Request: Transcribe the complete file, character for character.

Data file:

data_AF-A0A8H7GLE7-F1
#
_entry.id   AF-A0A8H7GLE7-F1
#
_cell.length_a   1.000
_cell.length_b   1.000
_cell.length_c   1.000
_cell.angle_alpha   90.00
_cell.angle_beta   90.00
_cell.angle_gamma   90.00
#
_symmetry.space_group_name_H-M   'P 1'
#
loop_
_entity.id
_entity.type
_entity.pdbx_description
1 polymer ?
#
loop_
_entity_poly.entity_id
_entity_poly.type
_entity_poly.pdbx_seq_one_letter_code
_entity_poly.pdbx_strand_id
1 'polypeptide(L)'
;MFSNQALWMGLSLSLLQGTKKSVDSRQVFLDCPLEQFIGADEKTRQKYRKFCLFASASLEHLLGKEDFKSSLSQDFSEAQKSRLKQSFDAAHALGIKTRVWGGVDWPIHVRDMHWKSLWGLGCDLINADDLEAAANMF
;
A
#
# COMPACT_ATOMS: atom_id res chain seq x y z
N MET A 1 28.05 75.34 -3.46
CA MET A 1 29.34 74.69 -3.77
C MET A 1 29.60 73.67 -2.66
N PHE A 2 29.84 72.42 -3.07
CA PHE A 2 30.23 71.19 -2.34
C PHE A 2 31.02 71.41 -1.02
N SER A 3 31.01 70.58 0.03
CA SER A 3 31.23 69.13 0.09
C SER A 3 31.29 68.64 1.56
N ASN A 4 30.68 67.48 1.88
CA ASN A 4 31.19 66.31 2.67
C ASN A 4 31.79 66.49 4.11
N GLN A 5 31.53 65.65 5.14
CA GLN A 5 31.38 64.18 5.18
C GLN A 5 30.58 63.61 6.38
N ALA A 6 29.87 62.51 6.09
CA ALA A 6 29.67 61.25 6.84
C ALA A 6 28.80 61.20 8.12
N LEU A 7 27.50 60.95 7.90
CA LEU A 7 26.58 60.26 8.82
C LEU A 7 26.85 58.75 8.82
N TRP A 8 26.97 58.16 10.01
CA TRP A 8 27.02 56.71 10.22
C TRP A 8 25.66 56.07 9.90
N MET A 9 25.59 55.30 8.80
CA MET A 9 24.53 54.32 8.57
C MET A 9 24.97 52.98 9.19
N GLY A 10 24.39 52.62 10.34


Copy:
data_AF-A0A8H7GLE7-F1
#
_entry.id   AF-A0A8H7GLE7-F1
#
_cell.length_a   1.000
_cell.length_b   1.000
_cell.length_c   1.000
_cell.angle_alpha   90.00
_cell.angle_beta   90.00
_cell.angle_gamma   90.00
#
_symmetry.space_group_name_H-M   'P 1'
#
loop_
_entity.id
_entity.type
_entity.pdbx_description
1 polymer ?
#
loop_
_entity_poly.entity_id
_entity_poly.type
_entity_poly.pdbx_seq_one_letter_code
_entity_poly.pdbx_strand_id
1 'polypeptide(L)'
;MFSNQALWMGLSLSLLQGTKKSVDSRQVFLDCPLEQFIGADEKTRQKYRKFCLFASASLEHLLGKEDFKSSLSQDFSEAQKSRLKQSFDAAHALGIKTRVWGGVDWPIHVRDMHWKSLWGLGCDLINADDLEAAANMF
;
A
#
# COMPACT_ATOMS: atom_id res chain seq x y z
N MET A 1 28.05 75.34 -3.46
CA MET A 1 29.34 74.69 -3.77
C MET A 1 29.60 73.67 -2.66
N PHE A 2 29.84 72.42 -3.07
CA PHE A 2 30.23 71.19 -2.34
C PHE A 2 31.02 71.41 -1.02
N SER A 3 31.01 70.58 0.03
CA SER A 3 31.23 69.13 0.09
C SER A 3 31.29 68.64 1.56
N ASN A 4 30.68 67.48 1.88
CA ASN A 4 31.19 66.31 2.67
C ASN A 4 31.79 66.49 4.11
N GLN A 5 31.53 65.65 5.14
CA GLN A 5 31.38 64.18 5.18
C GLN A 5 30.58 63.61 6.38
N ALA A 6 29.87 62.51 6.09
CA ALA A 6 29.67 61.25 6.84
C ALA A 6 28.80 61.20 8.12
N LEU A 7 27.50 60.95 7.90
CA LEU A 7 26.58 60.26 8.82
C LEU A 7 26.85 58.75 8.82
N TRP A 8 26.97 58.16 10.01
CA TRP A 8 27.02 56.71 10.22
C TRP A 8 25.66 56.07 9.90
N MET A 9 25.59 55.30 8.80
CA MET A 9 24.53 54.32 8.57
C MET A 9 24.97 52.98 9.19
N GLY A 10 24.39 52.62 10.34